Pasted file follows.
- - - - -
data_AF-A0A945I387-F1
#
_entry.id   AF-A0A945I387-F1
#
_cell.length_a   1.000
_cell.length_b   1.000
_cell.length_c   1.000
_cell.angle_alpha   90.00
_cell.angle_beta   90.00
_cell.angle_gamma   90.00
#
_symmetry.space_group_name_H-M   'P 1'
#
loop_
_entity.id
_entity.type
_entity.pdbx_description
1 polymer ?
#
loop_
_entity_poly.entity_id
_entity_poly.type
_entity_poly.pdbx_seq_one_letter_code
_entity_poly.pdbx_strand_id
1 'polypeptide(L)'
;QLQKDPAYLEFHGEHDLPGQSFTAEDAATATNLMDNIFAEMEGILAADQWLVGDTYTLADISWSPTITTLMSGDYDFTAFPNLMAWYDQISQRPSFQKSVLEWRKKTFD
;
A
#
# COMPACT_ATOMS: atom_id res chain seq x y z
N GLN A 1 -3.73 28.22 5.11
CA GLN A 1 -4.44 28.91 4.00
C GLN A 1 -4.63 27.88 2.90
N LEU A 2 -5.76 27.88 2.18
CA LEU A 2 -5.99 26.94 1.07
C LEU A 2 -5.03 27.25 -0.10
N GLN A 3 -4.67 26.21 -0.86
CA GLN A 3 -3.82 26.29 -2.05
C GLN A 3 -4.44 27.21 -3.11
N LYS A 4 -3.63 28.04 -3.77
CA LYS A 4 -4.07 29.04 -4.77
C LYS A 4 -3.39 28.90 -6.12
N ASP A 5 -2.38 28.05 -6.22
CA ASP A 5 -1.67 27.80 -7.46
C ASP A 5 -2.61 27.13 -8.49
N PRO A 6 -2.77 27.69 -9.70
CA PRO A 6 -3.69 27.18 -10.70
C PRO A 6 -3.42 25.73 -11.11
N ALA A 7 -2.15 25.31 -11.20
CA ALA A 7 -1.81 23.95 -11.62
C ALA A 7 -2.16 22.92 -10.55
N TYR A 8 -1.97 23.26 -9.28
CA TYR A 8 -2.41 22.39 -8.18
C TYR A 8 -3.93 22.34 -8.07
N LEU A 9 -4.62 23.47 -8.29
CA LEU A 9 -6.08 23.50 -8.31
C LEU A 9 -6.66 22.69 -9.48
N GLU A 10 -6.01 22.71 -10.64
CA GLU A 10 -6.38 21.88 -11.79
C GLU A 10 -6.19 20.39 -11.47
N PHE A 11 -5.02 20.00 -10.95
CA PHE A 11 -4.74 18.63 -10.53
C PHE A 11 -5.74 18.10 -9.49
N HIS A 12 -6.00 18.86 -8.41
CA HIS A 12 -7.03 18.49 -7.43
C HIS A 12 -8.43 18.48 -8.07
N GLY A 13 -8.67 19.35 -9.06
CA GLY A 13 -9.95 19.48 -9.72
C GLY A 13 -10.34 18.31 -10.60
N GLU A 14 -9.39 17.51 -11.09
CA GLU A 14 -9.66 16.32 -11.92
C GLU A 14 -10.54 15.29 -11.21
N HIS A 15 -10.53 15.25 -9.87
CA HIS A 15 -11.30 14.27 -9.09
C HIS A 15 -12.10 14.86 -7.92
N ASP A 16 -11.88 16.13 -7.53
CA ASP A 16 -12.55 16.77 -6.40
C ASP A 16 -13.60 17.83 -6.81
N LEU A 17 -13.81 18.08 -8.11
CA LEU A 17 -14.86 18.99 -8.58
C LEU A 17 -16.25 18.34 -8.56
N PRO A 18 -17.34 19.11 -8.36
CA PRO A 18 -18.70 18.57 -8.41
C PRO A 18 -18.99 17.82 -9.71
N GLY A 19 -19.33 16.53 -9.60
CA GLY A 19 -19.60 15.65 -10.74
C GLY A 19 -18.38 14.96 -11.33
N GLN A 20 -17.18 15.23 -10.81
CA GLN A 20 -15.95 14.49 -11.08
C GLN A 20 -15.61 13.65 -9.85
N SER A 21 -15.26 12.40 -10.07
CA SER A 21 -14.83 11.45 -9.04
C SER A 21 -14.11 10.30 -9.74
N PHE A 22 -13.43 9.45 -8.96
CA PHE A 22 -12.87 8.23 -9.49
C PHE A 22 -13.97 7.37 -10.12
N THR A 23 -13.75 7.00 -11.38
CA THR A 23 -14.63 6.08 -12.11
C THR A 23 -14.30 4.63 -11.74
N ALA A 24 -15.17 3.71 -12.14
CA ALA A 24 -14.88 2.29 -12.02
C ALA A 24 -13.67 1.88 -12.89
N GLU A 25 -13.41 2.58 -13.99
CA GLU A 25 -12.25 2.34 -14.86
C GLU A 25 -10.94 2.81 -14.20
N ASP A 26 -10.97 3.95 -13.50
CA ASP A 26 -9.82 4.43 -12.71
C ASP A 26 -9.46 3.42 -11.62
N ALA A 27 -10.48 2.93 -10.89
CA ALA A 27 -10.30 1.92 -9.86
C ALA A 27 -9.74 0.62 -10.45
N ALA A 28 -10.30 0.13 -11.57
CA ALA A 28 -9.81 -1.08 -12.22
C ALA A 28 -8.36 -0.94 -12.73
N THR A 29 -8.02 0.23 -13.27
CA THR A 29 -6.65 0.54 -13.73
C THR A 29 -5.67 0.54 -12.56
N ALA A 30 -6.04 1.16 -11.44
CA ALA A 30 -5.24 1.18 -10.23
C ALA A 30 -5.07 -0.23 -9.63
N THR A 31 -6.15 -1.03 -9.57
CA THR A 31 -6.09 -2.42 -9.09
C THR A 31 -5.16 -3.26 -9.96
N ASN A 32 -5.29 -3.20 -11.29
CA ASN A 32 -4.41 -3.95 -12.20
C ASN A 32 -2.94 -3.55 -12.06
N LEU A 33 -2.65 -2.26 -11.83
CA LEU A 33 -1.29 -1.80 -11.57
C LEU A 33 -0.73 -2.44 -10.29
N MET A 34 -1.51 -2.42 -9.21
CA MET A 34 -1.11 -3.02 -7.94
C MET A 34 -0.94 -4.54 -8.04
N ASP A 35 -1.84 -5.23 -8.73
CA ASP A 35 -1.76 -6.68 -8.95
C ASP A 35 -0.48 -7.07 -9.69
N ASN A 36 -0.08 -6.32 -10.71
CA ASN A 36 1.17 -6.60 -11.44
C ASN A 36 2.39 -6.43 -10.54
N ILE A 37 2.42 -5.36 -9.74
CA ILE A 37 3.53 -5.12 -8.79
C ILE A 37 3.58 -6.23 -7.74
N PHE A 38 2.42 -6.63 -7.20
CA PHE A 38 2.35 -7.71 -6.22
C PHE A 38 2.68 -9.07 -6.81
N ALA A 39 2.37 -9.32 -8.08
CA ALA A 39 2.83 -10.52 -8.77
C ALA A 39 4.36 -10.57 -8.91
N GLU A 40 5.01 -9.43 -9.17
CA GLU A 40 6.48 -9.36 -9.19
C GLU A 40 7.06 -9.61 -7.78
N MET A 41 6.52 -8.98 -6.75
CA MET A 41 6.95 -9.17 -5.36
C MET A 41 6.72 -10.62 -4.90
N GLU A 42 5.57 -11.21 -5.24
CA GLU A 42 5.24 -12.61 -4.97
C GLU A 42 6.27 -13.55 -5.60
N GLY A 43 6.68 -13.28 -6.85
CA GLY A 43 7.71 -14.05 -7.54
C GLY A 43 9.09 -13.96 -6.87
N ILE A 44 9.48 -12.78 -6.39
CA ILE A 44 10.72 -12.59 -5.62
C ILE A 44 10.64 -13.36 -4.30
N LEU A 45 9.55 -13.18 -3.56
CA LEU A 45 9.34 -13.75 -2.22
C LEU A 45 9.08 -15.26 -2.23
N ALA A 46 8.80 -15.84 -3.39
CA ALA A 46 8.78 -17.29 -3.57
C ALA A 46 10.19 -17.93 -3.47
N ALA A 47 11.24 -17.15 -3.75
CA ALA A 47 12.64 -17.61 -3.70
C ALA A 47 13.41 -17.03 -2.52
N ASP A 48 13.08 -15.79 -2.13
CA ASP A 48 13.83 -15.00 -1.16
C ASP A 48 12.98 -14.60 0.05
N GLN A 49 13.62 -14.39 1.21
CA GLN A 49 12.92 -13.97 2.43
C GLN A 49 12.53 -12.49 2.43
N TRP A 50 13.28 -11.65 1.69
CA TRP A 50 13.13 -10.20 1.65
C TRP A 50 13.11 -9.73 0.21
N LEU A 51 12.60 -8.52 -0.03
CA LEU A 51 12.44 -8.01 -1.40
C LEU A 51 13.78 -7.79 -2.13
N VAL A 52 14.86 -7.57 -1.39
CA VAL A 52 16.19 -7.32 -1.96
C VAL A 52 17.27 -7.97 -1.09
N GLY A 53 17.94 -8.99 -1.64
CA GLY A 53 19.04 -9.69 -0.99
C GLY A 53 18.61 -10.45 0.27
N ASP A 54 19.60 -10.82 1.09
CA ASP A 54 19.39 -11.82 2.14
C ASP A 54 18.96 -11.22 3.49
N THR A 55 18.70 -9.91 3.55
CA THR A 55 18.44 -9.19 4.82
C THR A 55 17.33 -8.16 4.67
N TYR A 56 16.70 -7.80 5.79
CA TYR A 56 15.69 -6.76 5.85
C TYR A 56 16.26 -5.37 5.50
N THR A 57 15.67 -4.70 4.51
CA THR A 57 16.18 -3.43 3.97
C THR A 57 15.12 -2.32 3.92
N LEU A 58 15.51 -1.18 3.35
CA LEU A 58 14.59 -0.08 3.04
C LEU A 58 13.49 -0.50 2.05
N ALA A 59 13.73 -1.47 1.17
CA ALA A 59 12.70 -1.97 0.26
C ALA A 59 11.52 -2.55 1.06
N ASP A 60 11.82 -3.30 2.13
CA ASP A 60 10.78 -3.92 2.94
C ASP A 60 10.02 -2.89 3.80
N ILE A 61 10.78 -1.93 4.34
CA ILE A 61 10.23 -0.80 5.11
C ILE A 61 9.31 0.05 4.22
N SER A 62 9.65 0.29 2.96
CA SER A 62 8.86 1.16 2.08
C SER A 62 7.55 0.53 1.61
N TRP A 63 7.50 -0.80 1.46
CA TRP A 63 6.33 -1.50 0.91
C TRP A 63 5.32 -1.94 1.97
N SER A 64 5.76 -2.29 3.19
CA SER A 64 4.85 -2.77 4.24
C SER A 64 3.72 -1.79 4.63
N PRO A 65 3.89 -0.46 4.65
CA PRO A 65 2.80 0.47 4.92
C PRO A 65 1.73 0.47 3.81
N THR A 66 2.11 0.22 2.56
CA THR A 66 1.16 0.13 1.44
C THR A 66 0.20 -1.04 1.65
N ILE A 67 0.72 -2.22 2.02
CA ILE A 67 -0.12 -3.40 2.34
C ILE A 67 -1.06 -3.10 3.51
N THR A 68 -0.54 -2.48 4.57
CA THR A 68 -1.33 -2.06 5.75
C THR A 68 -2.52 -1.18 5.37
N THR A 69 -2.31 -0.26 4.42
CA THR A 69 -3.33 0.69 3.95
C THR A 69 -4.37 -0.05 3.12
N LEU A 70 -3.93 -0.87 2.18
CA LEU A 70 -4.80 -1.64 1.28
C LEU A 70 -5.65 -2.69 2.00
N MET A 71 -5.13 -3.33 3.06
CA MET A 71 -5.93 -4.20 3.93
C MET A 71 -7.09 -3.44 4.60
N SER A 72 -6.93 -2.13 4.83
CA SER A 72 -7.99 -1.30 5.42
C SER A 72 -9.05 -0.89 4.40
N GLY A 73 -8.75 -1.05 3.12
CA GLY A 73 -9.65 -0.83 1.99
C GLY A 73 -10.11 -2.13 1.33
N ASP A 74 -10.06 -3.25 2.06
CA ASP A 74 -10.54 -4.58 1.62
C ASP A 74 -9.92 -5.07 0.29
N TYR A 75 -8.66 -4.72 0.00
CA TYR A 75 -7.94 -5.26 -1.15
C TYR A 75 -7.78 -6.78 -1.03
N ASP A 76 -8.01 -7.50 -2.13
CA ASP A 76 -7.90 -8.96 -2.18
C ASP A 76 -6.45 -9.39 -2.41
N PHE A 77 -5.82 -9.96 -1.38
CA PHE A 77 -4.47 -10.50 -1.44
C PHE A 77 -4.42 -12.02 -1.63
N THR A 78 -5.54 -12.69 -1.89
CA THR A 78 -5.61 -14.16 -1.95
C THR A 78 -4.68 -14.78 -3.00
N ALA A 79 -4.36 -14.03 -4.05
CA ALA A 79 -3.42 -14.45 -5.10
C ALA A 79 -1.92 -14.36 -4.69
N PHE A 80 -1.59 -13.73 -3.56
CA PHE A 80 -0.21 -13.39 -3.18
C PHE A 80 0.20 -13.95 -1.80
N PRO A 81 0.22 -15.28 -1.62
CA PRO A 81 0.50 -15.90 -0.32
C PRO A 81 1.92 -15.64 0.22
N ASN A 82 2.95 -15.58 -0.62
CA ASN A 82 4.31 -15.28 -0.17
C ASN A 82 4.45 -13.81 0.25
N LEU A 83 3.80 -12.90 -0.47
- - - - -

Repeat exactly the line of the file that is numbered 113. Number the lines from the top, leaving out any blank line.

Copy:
CA ALA A 28 -9.81 -1.08 -12.22